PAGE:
Render unto God that Which is Caesar’s?

So there is this story Jesus tells in the Gospels

The scribes and the chief priests sought to lay hands on him at that very hour, for they perceived that he had told this parable against them, but they feared the people. So they watched him and sent spies, who pretended to be sincere, that they might catch him in something he said, so as to deliver him up to the authority and jurisdiction of the governor. So they asked him, “Teacher, we know that you speak and teach rightly, and show no partiality, but truly teach the way of God. Is it lawful for us to give tribute to Caesar, or not?” But he perceived their craftiness, and said to them, “Show me a denarius. Whose likeness and inscription does it have?” They said, “Caesar’s.” He said to them, “Then render to Caesar the things that are Caesar’s, and to God the things that are God’s.” And they were not able in the presence of the people to catch him in what he said, but marveling at his answer they became silent.        (Luke 20:19-26 ESV)

I have been thinking a lot about this story since a couple weeks ago when I read God and Our Political Platforms by Rachel Held Evans. In it she said,

When Jesus was asked about taxes, he didn’t hold up a coin, point to it dramatically, and shout to the crowd, “WHY ISN’T MY NAME ON THIS?! I NEED YOU GUYS TO GET MY NAME AND PICTURE ON THIS THING—STAT!” (…or whatever the Aramaic equivalent of “STAT” would have been).

No, Jesus, when pressed to use his authority to make a political point said simply,  “Render unto Caesar the things which are Caesar’s, and unto God the things that are God’s.”

I had never thought about this passage in that way before. It was a revelation. Jesus didn’t care that his name wasn’t on the money.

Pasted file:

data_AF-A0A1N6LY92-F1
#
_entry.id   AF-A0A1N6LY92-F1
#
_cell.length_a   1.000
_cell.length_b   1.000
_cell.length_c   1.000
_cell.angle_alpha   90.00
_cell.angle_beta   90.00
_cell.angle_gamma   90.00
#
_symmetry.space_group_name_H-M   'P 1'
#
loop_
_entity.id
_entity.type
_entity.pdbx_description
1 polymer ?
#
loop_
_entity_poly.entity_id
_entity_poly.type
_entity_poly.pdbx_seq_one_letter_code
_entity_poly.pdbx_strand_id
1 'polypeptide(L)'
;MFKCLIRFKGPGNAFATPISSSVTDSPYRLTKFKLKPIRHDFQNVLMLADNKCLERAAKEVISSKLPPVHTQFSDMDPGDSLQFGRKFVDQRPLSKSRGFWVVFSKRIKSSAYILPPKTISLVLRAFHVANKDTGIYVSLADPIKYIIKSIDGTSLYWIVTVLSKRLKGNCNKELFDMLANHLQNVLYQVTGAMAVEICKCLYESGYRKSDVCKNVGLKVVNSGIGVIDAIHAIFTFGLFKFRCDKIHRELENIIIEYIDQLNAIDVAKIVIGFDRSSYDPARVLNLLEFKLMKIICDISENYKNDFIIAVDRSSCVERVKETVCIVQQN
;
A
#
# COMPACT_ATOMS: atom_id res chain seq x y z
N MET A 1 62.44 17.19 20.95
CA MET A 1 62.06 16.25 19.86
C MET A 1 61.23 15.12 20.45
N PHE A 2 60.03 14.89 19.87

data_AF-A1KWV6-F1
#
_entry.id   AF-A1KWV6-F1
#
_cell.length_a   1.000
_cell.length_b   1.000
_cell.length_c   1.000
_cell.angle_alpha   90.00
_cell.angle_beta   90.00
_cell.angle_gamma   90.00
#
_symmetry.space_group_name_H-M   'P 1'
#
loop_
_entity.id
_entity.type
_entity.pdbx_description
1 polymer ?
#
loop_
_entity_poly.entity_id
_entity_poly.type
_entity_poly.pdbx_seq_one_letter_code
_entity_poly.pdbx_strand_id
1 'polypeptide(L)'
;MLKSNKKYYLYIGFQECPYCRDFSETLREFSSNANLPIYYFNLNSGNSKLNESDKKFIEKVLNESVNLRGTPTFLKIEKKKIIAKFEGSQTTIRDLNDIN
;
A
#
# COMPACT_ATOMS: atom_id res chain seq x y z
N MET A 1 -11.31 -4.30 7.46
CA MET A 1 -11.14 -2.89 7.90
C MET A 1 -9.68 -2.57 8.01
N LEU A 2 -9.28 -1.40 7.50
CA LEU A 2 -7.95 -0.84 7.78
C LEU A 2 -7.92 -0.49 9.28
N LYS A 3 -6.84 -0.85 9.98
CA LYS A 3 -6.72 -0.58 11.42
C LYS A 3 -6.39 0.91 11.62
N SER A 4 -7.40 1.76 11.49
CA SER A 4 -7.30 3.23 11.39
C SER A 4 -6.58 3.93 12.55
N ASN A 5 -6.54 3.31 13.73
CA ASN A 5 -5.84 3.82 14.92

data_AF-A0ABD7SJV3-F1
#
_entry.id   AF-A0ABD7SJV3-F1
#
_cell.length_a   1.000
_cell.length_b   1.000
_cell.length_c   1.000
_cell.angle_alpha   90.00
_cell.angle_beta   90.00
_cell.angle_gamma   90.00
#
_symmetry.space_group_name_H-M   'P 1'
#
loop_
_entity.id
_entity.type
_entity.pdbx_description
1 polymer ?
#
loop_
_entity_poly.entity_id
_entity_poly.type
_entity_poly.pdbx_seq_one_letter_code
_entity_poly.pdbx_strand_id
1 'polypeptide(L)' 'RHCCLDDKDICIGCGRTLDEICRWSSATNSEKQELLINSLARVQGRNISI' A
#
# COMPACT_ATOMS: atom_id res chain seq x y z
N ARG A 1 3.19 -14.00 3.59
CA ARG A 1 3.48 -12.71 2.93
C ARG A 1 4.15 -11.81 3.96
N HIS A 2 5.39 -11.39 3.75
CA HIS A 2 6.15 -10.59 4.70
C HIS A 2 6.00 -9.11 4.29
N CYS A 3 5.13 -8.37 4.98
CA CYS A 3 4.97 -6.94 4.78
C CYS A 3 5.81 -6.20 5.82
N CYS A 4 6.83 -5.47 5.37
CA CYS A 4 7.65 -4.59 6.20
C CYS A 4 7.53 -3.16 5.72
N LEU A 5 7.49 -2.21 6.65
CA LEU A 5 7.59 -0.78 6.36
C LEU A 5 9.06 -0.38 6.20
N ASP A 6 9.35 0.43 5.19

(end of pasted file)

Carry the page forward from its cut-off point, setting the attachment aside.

HE DIDN’T CARE.

I think all too often, American Christians spend too much time and effort on rendering to God that which is Caesars and to Caesar that which is God’s. It is a funny thing, I think Jesus understood the seperation of Church and State better than many Christians do. Case in point, this week Governor Rick Perry of our great state of Texas had a conference call in which he attributed the concept of separation of Church and State to Satan. His exact words were,

This separation of church and state, which has been driven by the secularists to remove those people of faith from the public arena, there is nothing farther from the truth…Satan runs across the world with his doubt and with his untruths and what have you and one of the untruths out there is driven — is that people of faith should not be involved in the public arena.

Rick is convinced that the separation of Church and State is a grand conspiracy to keep people of faith out of the public arena. I would suggest (to use his words) that “there is nothing farther from the truth”.  As , The Friendly Atheist said, “people of faith have always been welcome to participate in the public arena. What they can’t do is legislate their religious beliefs; when the Constitution and the Bible are in conflict, the Constitution must win. If you can’t handle that, then you belong in a church and not public office.” I agree. Gov. Perry wants to render to God that which is Caesar’s and to Caesar that which is God’s.  He in effect wants the United States to be a theocracy. He would like to effectively take away the religious freedom our founders fought for from people whose beliefs differ from his. The problem with people of faith making laws based on what they believe to be sinful or permissible is three fold: First you must decide whose religious tenets you are going to make law (i.e. Will we allow drinking? What about dancing? Will all women have to wear skirts and long hair?); Second, you must go against God’s design by denying people the liberty and freedom of will to choose how best to follow God. God gives humans free will, forcing people by law not to “sin” as you define it does not change hearts. Paul actually discusses this in Colossians.